By David Hargreaves
Our Reserve Bank is wearing the look of a central bank that's been caught with its LVRs down.
The RBNZ seemingly went into the latest six-monthly Financial Stability Report needing urgently to do something about the rampant house market - but not being in a position to immediately do so.
Given the apparent success it had enjoyed when it first introduced a 'speed limit' on high loan to value lending in 2013, the RBNZ must have thought it could give itself some breathing space through the tightening of LVR rules for Auckland investors late last year.
This hasn't worked and the central bank's now got to come up with Plan B, which is looking suspiciously like debt-to-income ratios, something the RBNZ has been coy about previously, but has obviously had on its mind for a while.
Let me be the first to admit that I thought the Auckland-centric LVR measures would work, for about a year. Therefore I sympathise with the RBNZ, which has in a sense been left to look rather helpless just at the moment.
Nevertheless though, you do wonder why a Plan B wasn't ready and waiting in the wings for if the move against Auckland investors did not work.
And if we really examine what went wrong, perhaps the nub of it is that the LVR speed limit was a measure aimed at the banks, while the Auckland LVR measure was aimed at the individual investor. I have heard it said that buying houses is as fundamental to the New Zealand psyche as sex. So, what I'm trying to say without going up some smutty garden path is that New Zealanders WILL find a way of buying houses, it's a fundamental drive, and you don't stop fundamental urges.
The banks, however, are a bit different. They are the facilitators, the enablers. But they also need a bank registration, issued courtesy of one RBNZ. If the RBNZ levels a measure against the banks that is a condition of said banks' registration, then the banks will listen.
The real achievement of the LVR speed limit policy has been getting the percentage of high LVR lending on banks' books down from 21% in 2013 to about 13% now. And lest we forget, the RBNZ's real role is to stop the banks getting stressed, not to prevent individual people doing silly things in the housing market.
So, clearly the RBNZ is now focusing on debt-to-income ratios - a measure that would target banks and how much they could lend to people borrowing high multiples of money relative to their earnings.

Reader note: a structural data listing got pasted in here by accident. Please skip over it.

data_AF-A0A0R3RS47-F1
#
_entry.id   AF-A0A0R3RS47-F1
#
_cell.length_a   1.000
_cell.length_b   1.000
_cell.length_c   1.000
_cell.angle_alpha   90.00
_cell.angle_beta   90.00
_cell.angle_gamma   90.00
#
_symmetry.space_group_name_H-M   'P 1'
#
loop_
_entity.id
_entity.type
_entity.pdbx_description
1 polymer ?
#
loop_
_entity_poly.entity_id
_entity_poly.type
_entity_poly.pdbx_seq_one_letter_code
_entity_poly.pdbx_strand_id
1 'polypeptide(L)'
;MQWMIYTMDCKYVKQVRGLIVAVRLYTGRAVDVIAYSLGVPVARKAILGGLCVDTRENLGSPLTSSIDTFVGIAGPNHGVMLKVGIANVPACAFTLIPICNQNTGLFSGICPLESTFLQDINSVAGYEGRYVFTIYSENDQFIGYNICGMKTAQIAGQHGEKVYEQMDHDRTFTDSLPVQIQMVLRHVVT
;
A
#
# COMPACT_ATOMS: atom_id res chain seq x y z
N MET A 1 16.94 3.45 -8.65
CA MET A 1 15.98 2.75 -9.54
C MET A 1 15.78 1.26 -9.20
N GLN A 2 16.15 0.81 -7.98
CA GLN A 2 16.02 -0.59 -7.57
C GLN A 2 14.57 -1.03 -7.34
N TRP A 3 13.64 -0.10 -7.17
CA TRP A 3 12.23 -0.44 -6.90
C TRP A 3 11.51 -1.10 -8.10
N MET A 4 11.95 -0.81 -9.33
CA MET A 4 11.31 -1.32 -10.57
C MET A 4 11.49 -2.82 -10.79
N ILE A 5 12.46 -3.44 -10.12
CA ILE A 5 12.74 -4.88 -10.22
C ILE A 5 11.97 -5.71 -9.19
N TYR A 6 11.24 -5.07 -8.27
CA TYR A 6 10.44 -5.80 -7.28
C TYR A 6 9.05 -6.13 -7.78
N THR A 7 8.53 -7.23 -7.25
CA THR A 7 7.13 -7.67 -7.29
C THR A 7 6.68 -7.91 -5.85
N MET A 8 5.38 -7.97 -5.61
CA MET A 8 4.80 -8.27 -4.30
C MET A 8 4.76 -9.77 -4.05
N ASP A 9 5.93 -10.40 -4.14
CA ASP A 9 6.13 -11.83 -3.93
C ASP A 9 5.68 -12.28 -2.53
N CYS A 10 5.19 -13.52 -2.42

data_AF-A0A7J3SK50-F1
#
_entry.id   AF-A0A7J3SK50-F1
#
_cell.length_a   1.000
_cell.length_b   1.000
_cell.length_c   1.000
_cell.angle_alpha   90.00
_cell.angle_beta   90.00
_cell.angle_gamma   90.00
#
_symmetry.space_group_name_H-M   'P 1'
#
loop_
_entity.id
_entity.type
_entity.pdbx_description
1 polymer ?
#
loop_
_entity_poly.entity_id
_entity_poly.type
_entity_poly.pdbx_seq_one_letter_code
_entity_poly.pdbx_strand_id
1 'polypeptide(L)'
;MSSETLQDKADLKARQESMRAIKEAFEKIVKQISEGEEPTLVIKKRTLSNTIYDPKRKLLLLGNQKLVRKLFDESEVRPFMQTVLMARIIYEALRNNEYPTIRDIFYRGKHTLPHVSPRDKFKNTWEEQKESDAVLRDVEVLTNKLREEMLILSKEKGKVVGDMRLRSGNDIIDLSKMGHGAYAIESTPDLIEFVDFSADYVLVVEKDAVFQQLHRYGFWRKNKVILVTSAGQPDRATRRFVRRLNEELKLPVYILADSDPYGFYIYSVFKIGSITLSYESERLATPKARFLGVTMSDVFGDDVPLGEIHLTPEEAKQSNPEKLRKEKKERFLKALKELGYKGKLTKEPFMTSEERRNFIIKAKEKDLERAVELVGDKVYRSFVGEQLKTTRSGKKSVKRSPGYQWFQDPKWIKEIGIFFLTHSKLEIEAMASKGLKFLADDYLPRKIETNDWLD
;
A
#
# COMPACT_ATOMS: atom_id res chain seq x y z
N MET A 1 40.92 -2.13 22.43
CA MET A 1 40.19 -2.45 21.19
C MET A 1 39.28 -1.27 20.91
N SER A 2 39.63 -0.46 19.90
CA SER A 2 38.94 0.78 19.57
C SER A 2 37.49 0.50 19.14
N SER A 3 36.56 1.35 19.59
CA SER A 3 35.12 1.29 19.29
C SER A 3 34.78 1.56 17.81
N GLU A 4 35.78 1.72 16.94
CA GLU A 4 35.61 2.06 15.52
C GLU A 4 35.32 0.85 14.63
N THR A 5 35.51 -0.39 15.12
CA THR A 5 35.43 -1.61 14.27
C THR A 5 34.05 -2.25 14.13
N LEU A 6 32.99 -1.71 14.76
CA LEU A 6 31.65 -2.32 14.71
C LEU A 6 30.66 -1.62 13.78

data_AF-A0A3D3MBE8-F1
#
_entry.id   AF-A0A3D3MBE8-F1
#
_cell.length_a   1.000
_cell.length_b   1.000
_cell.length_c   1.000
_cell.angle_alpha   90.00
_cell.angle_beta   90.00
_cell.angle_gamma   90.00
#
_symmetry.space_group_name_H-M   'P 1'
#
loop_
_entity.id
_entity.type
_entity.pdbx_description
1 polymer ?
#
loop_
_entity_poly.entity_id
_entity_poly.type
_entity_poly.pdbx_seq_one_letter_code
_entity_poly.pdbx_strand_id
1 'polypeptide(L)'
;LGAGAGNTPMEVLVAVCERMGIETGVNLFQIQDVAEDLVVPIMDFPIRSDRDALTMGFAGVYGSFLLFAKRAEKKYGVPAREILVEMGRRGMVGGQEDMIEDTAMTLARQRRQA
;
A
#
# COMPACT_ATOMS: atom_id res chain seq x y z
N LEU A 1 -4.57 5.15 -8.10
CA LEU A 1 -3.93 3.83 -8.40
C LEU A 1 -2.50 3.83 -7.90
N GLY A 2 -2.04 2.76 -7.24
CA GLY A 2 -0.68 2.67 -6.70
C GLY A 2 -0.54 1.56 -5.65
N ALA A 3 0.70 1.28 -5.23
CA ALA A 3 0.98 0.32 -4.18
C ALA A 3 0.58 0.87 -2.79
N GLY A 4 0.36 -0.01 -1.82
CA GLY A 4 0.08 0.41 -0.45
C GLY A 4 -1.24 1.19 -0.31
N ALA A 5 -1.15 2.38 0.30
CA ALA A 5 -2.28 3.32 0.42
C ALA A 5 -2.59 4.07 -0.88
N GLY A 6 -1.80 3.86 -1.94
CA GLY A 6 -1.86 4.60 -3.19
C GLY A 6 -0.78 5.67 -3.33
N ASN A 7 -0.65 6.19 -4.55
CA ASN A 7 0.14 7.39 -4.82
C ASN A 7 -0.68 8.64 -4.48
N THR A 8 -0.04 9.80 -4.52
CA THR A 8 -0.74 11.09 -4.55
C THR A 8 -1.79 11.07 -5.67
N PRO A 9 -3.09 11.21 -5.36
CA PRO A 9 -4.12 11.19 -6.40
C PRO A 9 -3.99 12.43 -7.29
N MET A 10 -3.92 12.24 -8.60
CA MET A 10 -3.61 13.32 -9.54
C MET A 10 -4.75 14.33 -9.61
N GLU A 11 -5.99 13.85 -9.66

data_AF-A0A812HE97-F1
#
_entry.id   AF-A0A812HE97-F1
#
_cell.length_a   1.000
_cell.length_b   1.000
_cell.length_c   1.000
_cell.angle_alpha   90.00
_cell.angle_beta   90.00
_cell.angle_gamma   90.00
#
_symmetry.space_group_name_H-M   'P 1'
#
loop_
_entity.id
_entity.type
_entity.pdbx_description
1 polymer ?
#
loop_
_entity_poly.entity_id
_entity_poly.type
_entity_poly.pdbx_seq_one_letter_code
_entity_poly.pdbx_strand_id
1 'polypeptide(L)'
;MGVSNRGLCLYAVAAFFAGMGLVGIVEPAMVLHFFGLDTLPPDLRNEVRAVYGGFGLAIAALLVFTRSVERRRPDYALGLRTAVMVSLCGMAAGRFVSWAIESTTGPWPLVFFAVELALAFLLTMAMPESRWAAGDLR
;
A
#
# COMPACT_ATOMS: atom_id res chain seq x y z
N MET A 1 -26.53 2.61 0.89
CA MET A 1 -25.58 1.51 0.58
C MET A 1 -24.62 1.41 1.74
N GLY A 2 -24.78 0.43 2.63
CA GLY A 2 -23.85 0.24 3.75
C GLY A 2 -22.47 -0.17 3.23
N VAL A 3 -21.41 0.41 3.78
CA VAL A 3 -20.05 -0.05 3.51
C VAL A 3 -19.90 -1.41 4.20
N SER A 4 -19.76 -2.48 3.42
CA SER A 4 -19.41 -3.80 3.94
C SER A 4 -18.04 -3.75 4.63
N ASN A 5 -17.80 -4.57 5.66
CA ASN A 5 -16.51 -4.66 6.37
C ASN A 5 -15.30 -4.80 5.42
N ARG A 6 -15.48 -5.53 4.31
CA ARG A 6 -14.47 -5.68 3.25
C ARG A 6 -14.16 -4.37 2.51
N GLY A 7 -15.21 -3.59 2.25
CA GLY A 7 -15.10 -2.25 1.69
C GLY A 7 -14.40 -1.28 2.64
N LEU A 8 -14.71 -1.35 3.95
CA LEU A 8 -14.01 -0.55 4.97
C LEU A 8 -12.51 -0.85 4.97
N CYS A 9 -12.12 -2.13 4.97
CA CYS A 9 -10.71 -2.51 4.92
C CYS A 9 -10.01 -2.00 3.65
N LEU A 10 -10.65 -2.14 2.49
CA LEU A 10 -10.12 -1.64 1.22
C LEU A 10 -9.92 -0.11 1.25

RBNZ Governor Graeme Wheeler says investors are currently accounting for about 42% of housing transactions in Auckland and 40% in the rest of the country. That is a lot. Also, the RBNZ's own figures show that about 60% of investors are borrowing more than five times their earnings, as the below chart shows.
In October 2014 Britain introduced a 'speed limit' meaning that banks couldn't do more than 15% of new mortgage lending on debt-to-income ratios of higher than 4.5. In fact many of the banks in England took it upon themselves to put a limit of 4 in place. Any such policy introduced in New Zealand could therefore be expected to have quite some impact, given the figures the RBNZ has collated.
It's worth noting that nearly two years ago the New Zealand Institute of Economic Research was saying that debt-to-income ratios were a better way to go than LVRs as a way of managing financial stability risks.
Hindsight is a glorious thing, but it is now surprising looking back that debt-to-income ratios were not included in the original macro-prudential toolkit as agreed to in a Memorandum of Understanding with Finance Minister Bill English in 2013.
Presumably, given that English's own department, Treasury, has already expressed considerable enthusiasm for debt-to-income measures, the minister is likely to agree fairly quickly to the RBNZ implementing such moves (although English is clearly not one to simply agree to what his department thinks.)
While the RBNZ's been collecting the information it needs from the big banks for some time now, it hasn't been getting the same information from the smaller banks. The indications are that this will start soon. So, if we assume that further information needs gathering yet, the assumption is that formal announcement of debt-to-income ratios could be some months off. And presumably there will need to be periods of consultation with the industry etc.
Presumably the RBNZ would want to at least announce that the ratios are coming at about the time the housing market wakes up for spring (and there's already suggestions this year that it won't even bother with the usual winter hibernation). But that suggests an announcement possibly by September-October with implementation probably not till into the New Year.
That's a long time for the RBNZ to have to wait - and goodness knows potentially how wild the house prices - and the indebtedness of Kiwis - may have got by then.
The central bank will be hoping the Government comes to the party with some sort of arresting measure in the May 26 Budget.
We will see what happens.
While I think debt-to-income ratios are a sound and logical step, I don't think they are a complete answer.
I still can't help but feel that the real way for the RBNZ to go is to keep increasing the amount of capital banks have to hold against their mortgage portfolios. The banks will scream, because this lowers their profitability, but long term the banks are going to have to live with that. The rivers of cash flowing to shareholders are going to need to be reduced to a stream.